The City of Melbourne is seeking feedback from the public over plans by telecommunications company Telstra to install a number of large digital advertising displays on footpaths in the central city using a federal law to bypass the council’s express consent.
The council hopes to halt the roll out of the new installations, which include payphones with a high-resolution, 75-inch LCD screens that are 60 percent larger than previous displays. Telstra will also replace many of the existing static displays with the LCD screens, which can rotate through a number of advertisements.
The company plans to triple the number of payphones within the Hoddle Grid, from 40 to 120. The screens are 2.64 metres high and 1.09 metres wide.
The Telecommunications Act 1997 gives communications carriers the power to “install a facility” with the stipulation that the facility must be “low impact.” While the installation of new public payphones would not require a planning permit, Telstra does require the permission of the council to display commercial advertising. The council gave the company permission in late 2016 for the installation of electronic advertising screens as part of a redesign of 39 existing payphones.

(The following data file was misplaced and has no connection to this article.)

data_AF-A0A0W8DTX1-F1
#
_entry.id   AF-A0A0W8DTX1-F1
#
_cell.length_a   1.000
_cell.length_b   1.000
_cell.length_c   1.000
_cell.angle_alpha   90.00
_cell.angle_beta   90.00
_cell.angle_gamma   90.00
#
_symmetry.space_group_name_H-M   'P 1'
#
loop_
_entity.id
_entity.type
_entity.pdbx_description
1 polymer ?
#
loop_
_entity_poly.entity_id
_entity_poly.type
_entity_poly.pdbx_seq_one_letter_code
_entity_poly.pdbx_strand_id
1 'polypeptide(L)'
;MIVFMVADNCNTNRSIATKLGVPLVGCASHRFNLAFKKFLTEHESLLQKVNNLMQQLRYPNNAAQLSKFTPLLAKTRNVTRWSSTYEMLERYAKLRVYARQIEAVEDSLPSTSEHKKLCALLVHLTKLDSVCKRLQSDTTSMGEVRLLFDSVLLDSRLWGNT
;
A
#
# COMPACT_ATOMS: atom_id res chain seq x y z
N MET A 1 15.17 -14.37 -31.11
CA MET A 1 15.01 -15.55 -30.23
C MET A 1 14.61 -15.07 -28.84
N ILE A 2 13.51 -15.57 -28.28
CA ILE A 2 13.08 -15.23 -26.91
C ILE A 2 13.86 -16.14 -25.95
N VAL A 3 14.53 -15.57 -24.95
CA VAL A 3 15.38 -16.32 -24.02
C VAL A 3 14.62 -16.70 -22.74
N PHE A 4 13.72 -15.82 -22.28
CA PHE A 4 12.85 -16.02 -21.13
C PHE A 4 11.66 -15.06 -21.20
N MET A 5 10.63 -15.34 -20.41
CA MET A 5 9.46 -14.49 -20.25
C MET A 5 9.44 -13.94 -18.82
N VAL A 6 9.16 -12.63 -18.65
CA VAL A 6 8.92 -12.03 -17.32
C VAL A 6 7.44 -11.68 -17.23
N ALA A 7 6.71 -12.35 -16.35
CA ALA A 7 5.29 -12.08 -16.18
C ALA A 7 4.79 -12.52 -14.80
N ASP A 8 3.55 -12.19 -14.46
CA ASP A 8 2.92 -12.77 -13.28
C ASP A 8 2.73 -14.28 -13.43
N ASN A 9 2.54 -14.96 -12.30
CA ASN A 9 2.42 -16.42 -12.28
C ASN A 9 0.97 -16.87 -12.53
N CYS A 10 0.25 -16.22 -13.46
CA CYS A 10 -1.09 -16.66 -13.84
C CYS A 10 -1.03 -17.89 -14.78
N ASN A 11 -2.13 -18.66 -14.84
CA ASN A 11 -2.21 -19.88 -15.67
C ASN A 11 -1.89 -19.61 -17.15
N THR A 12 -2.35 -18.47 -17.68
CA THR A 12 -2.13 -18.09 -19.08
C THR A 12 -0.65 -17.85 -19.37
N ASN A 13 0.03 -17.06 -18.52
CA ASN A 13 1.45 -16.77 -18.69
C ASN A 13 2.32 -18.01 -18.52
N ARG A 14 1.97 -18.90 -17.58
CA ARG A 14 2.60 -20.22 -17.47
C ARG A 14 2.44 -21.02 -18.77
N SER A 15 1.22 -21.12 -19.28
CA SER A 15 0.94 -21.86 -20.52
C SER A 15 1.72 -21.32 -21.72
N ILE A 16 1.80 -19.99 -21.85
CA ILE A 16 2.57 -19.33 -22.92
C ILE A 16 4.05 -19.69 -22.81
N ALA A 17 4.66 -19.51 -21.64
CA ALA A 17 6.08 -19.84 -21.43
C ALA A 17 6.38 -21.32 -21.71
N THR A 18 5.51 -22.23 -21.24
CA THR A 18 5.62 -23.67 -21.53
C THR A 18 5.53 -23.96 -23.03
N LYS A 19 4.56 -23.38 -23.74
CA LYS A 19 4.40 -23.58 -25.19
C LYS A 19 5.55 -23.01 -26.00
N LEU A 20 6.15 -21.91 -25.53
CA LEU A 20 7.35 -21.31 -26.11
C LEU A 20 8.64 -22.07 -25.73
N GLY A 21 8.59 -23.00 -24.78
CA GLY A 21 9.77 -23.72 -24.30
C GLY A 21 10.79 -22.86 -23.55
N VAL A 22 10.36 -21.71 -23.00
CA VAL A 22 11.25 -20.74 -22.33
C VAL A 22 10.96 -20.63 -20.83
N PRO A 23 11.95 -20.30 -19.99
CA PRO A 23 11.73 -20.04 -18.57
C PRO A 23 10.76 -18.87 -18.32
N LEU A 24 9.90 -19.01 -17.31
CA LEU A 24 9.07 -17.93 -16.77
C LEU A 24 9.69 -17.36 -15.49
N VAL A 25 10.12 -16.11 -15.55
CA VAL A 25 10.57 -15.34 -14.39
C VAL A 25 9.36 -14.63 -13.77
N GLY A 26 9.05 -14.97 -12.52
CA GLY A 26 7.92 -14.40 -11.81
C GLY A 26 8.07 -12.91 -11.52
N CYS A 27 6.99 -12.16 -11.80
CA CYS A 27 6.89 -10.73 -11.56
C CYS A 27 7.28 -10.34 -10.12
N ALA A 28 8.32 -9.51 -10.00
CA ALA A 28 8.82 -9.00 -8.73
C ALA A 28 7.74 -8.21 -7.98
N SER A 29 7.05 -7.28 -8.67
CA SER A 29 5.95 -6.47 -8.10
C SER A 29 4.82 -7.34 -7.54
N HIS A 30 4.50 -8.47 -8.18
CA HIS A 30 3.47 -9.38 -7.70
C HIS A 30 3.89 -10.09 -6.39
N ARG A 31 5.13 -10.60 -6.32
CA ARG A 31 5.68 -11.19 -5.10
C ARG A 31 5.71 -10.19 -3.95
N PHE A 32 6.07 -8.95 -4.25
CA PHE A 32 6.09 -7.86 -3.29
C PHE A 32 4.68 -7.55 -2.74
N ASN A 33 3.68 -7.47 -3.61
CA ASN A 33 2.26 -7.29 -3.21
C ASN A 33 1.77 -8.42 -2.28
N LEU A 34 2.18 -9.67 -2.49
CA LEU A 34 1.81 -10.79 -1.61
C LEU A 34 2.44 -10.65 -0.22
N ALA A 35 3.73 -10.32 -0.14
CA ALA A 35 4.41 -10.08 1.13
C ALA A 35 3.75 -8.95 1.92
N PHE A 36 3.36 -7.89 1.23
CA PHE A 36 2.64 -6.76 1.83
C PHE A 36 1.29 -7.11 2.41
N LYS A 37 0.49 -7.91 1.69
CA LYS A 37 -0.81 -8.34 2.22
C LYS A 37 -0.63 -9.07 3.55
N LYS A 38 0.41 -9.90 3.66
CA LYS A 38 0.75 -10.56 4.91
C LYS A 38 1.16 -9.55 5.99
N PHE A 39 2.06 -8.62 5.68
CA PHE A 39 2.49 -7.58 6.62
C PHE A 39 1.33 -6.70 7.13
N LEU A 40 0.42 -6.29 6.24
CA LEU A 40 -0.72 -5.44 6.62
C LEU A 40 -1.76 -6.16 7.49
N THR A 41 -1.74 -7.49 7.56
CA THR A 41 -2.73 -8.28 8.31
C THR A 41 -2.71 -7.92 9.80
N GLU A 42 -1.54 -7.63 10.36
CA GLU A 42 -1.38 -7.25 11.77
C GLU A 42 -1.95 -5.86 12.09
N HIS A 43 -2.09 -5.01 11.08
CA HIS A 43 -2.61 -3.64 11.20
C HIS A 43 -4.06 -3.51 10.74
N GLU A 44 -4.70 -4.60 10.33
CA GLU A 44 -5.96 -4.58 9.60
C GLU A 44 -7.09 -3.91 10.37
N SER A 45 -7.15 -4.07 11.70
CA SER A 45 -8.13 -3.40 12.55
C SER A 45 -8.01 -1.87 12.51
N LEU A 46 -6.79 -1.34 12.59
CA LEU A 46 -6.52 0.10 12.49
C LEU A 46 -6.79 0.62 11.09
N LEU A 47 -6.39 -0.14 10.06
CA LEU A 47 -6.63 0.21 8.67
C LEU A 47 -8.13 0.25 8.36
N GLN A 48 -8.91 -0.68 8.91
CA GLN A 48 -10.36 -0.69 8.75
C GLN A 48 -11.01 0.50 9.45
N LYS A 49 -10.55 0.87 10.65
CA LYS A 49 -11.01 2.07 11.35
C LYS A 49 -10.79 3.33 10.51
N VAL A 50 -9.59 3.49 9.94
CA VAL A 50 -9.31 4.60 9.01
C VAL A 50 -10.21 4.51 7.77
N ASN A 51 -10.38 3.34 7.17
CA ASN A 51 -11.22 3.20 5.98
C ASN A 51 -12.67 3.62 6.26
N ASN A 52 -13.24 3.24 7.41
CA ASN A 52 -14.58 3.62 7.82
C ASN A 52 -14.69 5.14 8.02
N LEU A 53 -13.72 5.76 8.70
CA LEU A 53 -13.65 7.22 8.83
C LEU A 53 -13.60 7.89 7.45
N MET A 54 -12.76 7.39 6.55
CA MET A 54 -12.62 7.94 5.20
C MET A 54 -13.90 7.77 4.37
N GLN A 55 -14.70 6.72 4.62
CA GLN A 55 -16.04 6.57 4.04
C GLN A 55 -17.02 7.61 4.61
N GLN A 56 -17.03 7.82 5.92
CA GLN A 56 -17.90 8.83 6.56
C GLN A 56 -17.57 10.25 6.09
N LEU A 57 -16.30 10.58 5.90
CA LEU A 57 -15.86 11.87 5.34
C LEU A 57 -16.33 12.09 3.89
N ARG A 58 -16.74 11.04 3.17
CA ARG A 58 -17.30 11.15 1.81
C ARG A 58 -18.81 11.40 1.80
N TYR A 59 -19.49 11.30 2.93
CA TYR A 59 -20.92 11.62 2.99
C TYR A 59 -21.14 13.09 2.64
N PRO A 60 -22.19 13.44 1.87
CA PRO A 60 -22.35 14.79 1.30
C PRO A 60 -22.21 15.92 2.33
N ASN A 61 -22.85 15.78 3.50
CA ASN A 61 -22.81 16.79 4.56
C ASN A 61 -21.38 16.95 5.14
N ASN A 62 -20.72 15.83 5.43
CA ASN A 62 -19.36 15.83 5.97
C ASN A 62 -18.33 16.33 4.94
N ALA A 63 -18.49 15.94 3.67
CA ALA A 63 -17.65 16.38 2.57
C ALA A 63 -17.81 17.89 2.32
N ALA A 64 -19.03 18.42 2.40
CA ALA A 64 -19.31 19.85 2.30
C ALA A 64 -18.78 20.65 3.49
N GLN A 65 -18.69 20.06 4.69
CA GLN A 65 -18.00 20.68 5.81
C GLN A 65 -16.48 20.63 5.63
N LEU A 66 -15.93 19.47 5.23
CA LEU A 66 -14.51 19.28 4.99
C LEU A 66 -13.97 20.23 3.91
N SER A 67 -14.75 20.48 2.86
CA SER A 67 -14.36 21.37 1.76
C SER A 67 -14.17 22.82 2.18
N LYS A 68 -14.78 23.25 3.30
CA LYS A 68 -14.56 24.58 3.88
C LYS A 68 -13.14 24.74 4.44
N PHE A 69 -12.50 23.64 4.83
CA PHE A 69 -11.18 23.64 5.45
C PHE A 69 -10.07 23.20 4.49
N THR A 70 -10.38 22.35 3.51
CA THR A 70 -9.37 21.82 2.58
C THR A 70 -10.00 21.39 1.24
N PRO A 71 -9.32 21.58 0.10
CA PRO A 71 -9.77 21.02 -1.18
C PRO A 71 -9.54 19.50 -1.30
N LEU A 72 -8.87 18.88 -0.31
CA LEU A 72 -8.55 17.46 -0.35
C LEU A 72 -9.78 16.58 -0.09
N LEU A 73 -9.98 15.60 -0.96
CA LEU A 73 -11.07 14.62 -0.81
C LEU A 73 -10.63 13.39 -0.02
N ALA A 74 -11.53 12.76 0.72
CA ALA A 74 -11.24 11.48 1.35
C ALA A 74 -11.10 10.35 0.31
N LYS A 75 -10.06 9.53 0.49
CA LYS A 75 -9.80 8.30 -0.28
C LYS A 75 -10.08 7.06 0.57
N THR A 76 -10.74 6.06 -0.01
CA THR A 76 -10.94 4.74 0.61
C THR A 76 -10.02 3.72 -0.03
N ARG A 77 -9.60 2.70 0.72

The council is “concerned that the new, larger structures may impede pedestrians, disrupt the flow of footpath traffic and negatively impact a number of local retailers and businesses.”
Councillor Nicholas Reece, chair of the city’s planning portfolio, called the structures “advertising billboards masquerading as payphones.”
“Twelve of these new super-sized advertising structures are being installed in Bourke Street – two of which are less than five metres apart.”
Reece also pointed out that “With nearly 90 per cent of Australians owning a mobile phone, it is impossible to comprehend that there is a need for this number of Telstra installations in the central city.
“We must protect our valuable and scarce public space from being co-opted for profit without proper consideration of the community impact. Currently, it appears as though Telstra is utilizing federal legislation to effectively side-step any genuine consultation process.”
He said that legal action would be “the last resort.”
Analysis by SGS Economics and Planning, produced for the council in 2014, found that pedestrian connectivity was an important part of the CBD economy, and that “if the walking connectivity within the CBD grid was reduced by 10 per cent, the value of the economy of the CBD grid would be reduced by $2.1 billion.”
The community consultation process, accessed here, ends 18 September.